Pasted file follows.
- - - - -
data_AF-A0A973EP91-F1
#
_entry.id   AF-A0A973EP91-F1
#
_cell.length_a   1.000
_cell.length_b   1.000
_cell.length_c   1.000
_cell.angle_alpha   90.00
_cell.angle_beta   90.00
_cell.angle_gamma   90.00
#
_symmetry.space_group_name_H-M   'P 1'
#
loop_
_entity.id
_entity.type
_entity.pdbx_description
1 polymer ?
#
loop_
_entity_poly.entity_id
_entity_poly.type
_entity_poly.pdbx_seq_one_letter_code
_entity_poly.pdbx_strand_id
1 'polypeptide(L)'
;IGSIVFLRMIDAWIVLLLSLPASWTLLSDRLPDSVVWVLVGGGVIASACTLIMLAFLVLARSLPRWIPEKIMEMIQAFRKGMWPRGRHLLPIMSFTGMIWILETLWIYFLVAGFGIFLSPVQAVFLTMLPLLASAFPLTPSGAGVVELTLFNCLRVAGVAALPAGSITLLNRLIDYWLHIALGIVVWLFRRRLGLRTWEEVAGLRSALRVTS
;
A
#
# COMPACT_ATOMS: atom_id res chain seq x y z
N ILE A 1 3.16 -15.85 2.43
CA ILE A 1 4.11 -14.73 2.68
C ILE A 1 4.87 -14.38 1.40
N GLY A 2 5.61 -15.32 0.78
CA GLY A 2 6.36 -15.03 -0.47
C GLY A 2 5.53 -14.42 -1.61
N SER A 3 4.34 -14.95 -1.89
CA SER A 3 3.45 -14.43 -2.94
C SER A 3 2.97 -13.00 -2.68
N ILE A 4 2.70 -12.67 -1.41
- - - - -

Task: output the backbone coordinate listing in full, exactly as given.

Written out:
data_AF-A0A973EP91-F1
#
_entry.id   AF-A0A973EP91-F1
#
_cell.length_a   1.000
_cell.length_b   1.000
_cell.length_c   1.000
_cell.angle_alpha   90.00
_cell.angle_beta   90.00
_cell.angle_gamma   90.00
#
_symmetry.space_group_name_H-M   'P 1'
#
loop_
_entity.id
_entity.type
_entity.pdbx_description
1 polymer ?
#
loop_
_entity_poly.entity_id
_entity_poly.type
_entity_poly.pdbx_seq_one_letter_code
_entity_poly.pdbx_strand_id
1 'polypeptide(L)'
;IGSIVFLRMIDAWIVLLLSLPASWTLLSDRLPDSVVWVLVGGGVIASACTLIMLAFLVLARSLPRWIPEKIMEMIQAFRKGMWPRGRHLLPIMSFTGMIWILETLWIYFLVAGFGIFLSPVQAVFLTMLPLLASAFPLTPSGAGVVELTLFNCLRVAGVAALPAGSITLLNRLIDYWLHIALGIVVWLFRRRLGLRTWEEVAGLRSALRVTS
;
A
#
# COMPACT_ATOMS: atom_id res chain seq x y z
N ILE A 1 3.16 -15.85 2.43
CA ILE A 1 4.11 -14.73 2.68
C ILE A 1 4.87 -14.38 1.40
N GLY A 2 5.61 -15.32 0.78
CA GLY A 2 6.36 -15.03 -0.47
C GLY A 2 5.53 -14.42 -1.61
N SER A 3 4.34 -14.95 -1.89
CA SER A 3 3.45 -14.43 -2.94
C SER A 3 2.97 -13.00 -2.68
N ILE A 4 2.70 -12.67 -1.41